Taiwan needs the muscle of the U.S. Coast Guard, backed by the U.S. Navy, if it hopes to stop China’s marine incursions against its outlying islands.
Not content with Taiwan and the approximately 2,785 square kilometers of Philippine and Vietnamese EEZ that China already destroyed to build military bases, China is now allegedly using dredgers on Philippine rivers and coastline, and carting away black sand for use to make iron and steel. It is unclear whether China’s dredgers have legal rights to do so.
According to Chamber of Mines executive director Ronald Recidoro, “Lumalabas na [It appears] the contractor is helping by dredging the river, pero bakit kina-cart out yung buhangin? [but why does the contractor cart out black sand?] When you dredge, you just put it aside.” He noted that currently Manila has no oversight function on magnetite black sand mining.
China’s black sand mining, according to a lawmaker from the Ilocos region, is “massive” on the Philippine coast of the South China Sea. China’s miners are using “heavy” equipment to extract the mineral, and “barges” to ship it out of the country. The lawmaker claims that the Luzon shoreline is receding as a result.
The Philippine lawmakers want to respond with a ban on the export of raw black sand in order to support pre-processing in the Philippines that would create local jobs.
President Rodrigo Duterte’s Department of Trade and Industry pointed out that such limitations could violate World Trade Organization (WTO) rules. This indicates a need for WTO rule exceptions for strategic industries like steel, local job creation, and against aggressive countries such as China. The apparent Duterte administration acquiescence to China’s locally-destructive mining indicates that his administration is far too accommodating of China given its threat of war against the Philippines. Such appeasement might be explained by China’s alleged corruption of the President through business deals involving his close associates.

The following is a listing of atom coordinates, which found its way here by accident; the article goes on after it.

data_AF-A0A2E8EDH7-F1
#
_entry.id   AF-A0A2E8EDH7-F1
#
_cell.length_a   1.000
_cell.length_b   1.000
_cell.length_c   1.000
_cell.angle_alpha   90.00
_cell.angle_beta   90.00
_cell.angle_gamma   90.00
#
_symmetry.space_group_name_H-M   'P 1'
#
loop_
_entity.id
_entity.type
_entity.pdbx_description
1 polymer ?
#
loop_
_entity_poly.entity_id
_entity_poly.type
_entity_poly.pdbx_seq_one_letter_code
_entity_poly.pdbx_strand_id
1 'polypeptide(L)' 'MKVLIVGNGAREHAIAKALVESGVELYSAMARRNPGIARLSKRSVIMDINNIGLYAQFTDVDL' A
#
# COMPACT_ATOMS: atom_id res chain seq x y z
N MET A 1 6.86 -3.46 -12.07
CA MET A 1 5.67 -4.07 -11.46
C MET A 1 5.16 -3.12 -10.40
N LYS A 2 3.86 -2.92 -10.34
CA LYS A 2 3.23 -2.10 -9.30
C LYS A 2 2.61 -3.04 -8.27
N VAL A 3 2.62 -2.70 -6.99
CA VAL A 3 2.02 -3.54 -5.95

The Philippine people must vote Duterte out of office if they want to retake control of their sovereignty from Beijing. And, the Philippine Coast Guard, backed by the U.S. Coast Guard and U.S. Navy if necessary, should expel China’s illegal occupation and dredging of Philippine maritime territory. The same goes for China’s incursions against Vietnam and Taiwan’s fishing industry and beaches.
Confronting Beijing is admittedly risky, but no less is required to stop the regime from continuing its expansion. Bullying doesn’t stop until someone stands up against the bully.
Anders Corr has a BA/MA in political science from Yale University (2001) and a Ph.D. in government from Harvard University (2008). He is a Principal at Corr Analytics Inc., Publisher of the Journal of Political Risk, and has conducted extensive research in North America, Europe, and Asia. He authored “The Concentration of Power” (forthcoming 2021) and “No Trespassing,” and edited “Great Powers, Grand Strategies.”